The Pulse: June 23, 2023

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  • 22°C: Mainly cloudy with 60% chance of showers. Risk of a thunderstorm in the afternoon. High 22. UV index 6 or high. (forecast)
  • Red/White: The High Level Bridge will be lit red and white for Canada's National Day of Remembrance for Victims of Terrorism. (details)
  • 83-88: The Edmonton Stingers lost to the Scarborough Shooting Stars on June 22. (details)
  • 5:30pm: The Edmonton Stingers play the Brampton Honey Badgers at the CAA Centre. (details)

A large group of people stand to the right of a solar panel array on a rooftop. The sky behind them is cloudy and grey.

SPICE enables investment in community-powered solar

By Colin Gallant

A solar cooperative is now accepting investments from the public to build renewable-energy infrastructure on community buildings.

The Solar Power Investment Cooperative of Edmonton (SPICE) is inviting members to invest $1,000 or more to finance the installation of solar arrays, starting with the Bissell Thrift Shop on 118 Avenue.

"Some solar cooperatives start at $5,000. We really wanted to lower any barriers to being part of this," said Raquel Feroe, a founding board member of SPICE. "In the future, we'd like to lower that even more."

SPICE members are eligible to buy shares in the project, starting at $1,000. They are paid back through two years of lease payments that the community organization — in this case, Bissell — pays for the system. The project also sells electricity back to the grid. (Lifetime memberships in SPICE are $50, and there are a few other criteria for investors.)

Investors are very likely to make their money back, with a return on investment, SPICE board director Annette Dautel told Taproot.

"I would say it's extremely unlikely that investors will not see their complete investment returned, plus some dividends," she said. "We only pick partners that we really see as trustworthy and working with this (model)."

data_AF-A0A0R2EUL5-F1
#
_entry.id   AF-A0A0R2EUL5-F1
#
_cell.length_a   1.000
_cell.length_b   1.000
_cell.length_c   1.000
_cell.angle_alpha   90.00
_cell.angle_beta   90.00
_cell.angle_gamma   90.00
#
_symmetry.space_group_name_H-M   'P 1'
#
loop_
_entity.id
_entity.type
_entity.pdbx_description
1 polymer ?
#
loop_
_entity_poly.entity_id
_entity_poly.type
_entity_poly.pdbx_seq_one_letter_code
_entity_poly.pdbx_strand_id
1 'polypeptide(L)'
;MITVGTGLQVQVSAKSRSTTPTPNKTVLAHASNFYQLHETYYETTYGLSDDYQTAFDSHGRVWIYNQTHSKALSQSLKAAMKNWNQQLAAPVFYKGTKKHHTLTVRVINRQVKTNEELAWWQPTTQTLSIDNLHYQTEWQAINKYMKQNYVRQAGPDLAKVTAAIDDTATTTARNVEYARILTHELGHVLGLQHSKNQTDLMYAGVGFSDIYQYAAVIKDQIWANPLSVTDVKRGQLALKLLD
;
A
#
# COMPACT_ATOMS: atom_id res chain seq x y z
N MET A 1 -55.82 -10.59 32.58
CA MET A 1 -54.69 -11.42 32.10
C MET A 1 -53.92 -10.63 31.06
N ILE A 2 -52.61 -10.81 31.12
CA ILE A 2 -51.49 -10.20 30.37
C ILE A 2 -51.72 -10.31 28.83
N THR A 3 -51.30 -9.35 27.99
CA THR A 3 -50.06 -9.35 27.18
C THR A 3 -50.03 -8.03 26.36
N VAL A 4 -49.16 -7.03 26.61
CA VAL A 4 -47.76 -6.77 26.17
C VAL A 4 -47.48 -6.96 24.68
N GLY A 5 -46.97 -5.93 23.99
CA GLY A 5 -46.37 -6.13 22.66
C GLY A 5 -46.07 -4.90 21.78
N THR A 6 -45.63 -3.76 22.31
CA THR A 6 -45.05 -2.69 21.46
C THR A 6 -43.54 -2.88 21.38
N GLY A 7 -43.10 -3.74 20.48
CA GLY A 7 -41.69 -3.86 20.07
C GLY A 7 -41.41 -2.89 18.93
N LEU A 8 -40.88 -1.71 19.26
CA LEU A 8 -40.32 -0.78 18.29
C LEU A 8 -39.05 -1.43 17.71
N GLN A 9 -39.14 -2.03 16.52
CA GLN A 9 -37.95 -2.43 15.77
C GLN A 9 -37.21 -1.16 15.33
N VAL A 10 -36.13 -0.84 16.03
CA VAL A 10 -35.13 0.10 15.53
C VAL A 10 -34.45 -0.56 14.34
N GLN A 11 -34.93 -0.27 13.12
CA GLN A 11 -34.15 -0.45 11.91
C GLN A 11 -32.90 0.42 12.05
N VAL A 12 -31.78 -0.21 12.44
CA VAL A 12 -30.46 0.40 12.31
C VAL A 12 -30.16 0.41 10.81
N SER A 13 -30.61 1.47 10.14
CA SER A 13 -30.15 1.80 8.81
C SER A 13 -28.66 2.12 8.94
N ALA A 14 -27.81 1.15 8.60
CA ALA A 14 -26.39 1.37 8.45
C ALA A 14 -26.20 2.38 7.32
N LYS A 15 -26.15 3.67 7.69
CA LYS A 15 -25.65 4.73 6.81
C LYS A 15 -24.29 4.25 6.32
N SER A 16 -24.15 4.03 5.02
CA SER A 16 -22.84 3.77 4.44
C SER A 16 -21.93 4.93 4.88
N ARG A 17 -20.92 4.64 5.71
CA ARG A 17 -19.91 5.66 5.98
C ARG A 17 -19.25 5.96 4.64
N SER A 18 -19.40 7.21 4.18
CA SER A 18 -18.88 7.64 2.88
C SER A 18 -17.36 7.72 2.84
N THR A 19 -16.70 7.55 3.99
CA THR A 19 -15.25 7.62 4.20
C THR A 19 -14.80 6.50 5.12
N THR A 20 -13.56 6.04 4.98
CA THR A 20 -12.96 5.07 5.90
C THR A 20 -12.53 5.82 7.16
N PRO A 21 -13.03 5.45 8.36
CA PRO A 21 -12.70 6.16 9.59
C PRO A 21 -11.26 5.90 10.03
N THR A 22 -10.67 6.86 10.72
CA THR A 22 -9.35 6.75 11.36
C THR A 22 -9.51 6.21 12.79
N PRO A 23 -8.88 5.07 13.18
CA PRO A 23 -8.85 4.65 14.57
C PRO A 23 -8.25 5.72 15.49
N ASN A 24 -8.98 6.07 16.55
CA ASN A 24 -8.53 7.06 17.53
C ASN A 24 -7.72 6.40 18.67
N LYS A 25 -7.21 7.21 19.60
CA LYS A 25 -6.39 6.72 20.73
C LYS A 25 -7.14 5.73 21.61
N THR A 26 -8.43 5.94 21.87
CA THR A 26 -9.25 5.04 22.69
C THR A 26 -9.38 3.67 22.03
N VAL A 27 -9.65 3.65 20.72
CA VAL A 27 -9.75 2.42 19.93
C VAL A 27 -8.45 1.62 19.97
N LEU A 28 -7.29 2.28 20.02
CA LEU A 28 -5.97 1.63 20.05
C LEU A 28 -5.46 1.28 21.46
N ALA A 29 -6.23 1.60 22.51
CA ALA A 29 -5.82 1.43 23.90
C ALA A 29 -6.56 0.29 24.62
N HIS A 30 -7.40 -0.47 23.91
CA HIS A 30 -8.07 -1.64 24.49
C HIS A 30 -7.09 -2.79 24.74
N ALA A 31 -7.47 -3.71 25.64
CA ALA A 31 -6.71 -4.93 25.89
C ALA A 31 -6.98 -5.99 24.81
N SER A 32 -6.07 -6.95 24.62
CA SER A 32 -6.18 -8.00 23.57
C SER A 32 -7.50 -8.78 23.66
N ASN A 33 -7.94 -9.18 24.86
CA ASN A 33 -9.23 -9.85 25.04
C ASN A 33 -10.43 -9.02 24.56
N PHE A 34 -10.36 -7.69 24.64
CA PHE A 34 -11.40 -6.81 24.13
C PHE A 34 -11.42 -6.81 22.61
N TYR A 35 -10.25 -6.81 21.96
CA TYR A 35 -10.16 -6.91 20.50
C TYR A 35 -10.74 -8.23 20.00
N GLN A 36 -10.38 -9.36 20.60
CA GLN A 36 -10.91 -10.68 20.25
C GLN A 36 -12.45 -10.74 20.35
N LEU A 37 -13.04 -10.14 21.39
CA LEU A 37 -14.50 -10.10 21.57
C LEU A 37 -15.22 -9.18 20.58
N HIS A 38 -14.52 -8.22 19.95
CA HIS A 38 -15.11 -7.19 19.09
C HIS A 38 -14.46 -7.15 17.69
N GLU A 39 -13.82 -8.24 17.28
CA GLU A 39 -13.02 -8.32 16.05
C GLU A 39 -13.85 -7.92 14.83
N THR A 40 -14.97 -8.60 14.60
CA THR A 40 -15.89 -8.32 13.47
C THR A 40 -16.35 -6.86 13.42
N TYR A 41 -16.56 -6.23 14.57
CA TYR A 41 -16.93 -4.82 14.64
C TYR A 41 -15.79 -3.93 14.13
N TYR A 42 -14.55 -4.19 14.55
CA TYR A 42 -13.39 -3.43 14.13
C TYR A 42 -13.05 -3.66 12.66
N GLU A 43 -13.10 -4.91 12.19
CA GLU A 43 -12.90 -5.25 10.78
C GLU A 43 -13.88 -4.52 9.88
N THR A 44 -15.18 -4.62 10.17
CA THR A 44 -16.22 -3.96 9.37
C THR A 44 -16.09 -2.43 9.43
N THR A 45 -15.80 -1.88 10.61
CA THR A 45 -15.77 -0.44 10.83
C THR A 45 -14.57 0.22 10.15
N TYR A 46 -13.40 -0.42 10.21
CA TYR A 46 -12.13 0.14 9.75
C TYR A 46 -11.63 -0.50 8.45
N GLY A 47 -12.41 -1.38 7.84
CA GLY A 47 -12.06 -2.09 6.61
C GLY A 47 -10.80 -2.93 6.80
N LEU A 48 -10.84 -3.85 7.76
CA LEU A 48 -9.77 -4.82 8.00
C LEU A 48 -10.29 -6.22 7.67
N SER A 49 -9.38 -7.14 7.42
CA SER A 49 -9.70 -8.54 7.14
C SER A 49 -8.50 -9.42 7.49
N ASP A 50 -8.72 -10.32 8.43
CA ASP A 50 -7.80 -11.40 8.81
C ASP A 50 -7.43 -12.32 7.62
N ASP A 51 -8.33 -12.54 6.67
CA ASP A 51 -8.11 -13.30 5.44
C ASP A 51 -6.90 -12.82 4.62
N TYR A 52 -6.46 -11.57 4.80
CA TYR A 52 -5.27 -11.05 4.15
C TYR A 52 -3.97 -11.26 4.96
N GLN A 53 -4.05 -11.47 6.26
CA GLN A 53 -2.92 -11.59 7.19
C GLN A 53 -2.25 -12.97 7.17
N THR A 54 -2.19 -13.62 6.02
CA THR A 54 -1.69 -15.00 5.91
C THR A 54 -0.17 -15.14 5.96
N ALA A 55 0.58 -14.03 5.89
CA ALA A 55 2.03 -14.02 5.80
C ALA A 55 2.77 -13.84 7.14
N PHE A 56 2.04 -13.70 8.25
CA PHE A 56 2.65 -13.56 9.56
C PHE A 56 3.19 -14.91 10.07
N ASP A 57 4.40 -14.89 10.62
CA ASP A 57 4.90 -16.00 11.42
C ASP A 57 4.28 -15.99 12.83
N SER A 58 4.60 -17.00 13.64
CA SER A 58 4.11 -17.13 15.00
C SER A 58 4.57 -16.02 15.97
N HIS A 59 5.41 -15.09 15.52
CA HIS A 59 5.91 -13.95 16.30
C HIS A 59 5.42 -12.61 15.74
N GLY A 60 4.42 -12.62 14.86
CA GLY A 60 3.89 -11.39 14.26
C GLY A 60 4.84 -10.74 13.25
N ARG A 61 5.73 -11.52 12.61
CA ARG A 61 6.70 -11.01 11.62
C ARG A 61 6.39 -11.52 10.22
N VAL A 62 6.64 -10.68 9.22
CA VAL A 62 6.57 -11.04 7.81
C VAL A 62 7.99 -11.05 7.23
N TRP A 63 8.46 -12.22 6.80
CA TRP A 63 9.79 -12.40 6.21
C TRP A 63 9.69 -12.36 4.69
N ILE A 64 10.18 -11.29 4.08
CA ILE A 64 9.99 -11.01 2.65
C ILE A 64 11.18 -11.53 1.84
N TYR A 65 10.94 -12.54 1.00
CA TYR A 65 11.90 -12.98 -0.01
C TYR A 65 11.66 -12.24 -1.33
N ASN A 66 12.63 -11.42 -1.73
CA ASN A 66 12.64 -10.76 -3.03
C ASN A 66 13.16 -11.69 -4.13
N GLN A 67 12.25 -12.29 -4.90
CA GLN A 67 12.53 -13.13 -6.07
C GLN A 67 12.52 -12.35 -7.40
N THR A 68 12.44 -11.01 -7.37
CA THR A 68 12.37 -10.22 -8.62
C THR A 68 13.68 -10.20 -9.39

As of June 12, SPICE had accrued about $45,000 in its first raise, which will close when it hits $250,000 or in October 2024, whichever comes first. Funds raised beyond what it costs to complete the Bissell project will be used for additional SPICE builds.

The project is not just about renewable energy or revenue generation — it also helps build job skills. SPICE's preferred installer is Newo Global Energy, a non-profit that trains Bissell clients and other overlooked workers to install solar panels.

"This journey together is part of envisioning a different future for all of us," said Louise Traynor, Bissell's chief operating officer. "Not just people experiencing poverty, not just people who have the capacity to invest, not just people who care about the environment, not just people who care about community. This is one small piece of — all of us together — imagining a better future."

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Headlines: June 23, 2023

By Kevin Holowack

  • The city issued a reminder that property taxes are due June 30. A 5% penalty on any outstanding 2023 payments will be charged to accounts on July 1, and further penalties will be applied later this year. Due to high volumes, the city advises property owners not to wait until June 30 to make their payment.